Public interest groups (from across the country) sent the following letter to Congress, demanding that taxpayer subsidies be disallowed CCS, and that safe, affordable and market-ready energy technologies such as wind and solar be funded instead.
Dear Members of Congress
On behalf of our members and supporters we are writing to express our opposition to any policies that promote or provide taxpayer subsidies for carbon capture and storage (CCS), the practice of trapping carbon dioxide from fossil fuel combustion and storing it below the sea or beneath the surface of the earth.
As you know, global warming is one of the greatest challenges facing the planet today. To avoid the worst impacts of global warming scientists have warned that we need to reduce global warming pollution by at least 80 percent by 2050. Climate stabilization, national security and economic prosperity depend on substantially reducing our use of fossil fuels. That means no new investments in major infrastructure that increases fossil fuel dependence. Every dollar invested in CCS is a dollar unavailable for investment in renewable energy, efficient vehicles and energy efficiency.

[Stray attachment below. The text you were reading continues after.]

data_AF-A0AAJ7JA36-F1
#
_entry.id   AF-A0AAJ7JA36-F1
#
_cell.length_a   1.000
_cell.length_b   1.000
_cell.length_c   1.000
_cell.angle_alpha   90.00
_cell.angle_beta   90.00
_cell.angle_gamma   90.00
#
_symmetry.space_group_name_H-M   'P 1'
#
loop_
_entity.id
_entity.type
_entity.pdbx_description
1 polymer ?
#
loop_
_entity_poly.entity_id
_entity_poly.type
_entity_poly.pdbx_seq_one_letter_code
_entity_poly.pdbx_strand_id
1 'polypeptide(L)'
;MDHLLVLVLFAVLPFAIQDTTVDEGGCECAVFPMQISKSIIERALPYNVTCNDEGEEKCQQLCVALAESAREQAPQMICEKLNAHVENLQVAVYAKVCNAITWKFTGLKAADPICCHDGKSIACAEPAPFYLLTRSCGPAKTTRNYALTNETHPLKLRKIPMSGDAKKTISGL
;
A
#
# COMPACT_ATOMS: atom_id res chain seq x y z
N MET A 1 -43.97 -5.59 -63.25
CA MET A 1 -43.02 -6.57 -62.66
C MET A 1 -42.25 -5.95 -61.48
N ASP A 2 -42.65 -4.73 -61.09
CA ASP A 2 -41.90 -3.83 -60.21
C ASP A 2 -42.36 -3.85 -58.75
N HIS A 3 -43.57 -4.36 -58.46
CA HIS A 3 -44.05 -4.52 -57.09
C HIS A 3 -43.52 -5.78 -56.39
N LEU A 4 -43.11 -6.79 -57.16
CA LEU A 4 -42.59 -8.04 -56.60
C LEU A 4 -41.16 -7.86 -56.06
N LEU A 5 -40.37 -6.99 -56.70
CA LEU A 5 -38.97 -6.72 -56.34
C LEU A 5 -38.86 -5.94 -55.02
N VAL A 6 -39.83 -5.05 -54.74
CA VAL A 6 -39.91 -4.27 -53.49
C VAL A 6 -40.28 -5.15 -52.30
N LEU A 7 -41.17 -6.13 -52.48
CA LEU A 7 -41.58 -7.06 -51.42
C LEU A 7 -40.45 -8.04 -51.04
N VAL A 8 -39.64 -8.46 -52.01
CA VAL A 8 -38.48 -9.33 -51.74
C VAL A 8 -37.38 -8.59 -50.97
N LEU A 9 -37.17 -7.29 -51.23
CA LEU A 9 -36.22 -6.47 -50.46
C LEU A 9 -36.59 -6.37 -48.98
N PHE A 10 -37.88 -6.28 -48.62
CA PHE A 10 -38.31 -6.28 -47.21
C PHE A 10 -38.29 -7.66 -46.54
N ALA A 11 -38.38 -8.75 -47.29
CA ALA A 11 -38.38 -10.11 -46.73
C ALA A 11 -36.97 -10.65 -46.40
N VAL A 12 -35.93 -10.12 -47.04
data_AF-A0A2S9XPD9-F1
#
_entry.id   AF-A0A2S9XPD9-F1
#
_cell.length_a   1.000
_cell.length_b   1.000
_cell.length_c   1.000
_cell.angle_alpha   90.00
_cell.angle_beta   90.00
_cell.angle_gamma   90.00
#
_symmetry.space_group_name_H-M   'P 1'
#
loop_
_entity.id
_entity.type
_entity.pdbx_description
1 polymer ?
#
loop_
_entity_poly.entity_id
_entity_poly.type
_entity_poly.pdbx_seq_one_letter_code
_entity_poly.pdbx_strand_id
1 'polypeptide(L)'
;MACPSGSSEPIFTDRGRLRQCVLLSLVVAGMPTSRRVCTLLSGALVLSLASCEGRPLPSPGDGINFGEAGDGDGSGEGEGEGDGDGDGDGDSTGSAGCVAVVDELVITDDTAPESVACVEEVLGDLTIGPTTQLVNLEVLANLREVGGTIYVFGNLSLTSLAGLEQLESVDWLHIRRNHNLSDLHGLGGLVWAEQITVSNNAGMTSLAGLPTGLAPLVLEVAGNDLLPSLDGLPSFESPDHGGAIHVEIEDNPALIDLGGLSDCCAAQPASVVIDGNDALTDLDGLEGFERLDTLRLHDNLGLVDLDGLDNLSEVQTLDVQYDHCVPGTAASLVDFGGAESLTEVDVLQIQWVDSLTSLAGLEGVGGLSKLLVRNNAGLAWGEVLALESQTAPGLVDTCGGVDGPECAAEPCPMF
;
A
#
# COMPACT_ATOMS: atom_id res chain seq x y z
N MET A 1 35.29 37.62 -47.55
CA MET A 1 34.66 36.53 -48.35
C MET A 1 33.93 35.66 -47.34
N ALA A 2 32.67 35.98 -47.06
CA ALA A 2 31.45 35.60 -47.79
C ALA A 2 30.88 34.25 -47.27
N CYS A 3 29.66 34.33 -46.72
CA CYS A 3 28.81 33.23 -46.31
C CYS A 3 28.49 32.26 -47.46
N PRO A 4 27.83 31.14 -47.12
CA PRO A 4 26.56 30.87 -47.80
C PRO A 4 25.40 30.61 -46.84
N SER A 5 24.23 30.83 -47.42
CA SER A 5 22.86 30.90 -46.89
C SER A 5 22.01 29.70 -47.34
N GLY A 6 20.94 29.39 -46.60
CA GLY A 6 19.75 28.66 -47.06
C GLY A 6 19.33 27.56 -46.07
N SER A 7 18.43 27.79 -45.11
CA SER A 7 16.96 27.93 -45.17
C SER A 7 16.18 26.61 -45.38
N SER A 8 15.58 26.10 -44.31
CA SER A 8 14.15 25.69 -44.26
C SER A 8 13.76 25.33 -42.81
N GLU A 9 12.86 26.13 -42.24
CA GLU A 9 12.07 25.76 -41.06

CCS raises a number of serious financial, environmental and safety concerns:
· CCS cannot deliver in time. The best-case scenario is that the technology would be ready by 2030. Every decision made about new power plants today influences the energy mix for the next 30-40 years. We need to make the smartest choices to address the global warming crisis and invest in proven solutions as soon as possible.
· CCS is cost intensive. It increases the cost of power generation by 40 to 80 percent compared with conventional coal plants. Current research shows electricity generated from coal equipped with CCS will be more expensive than other less polluting sources, such as, wind power.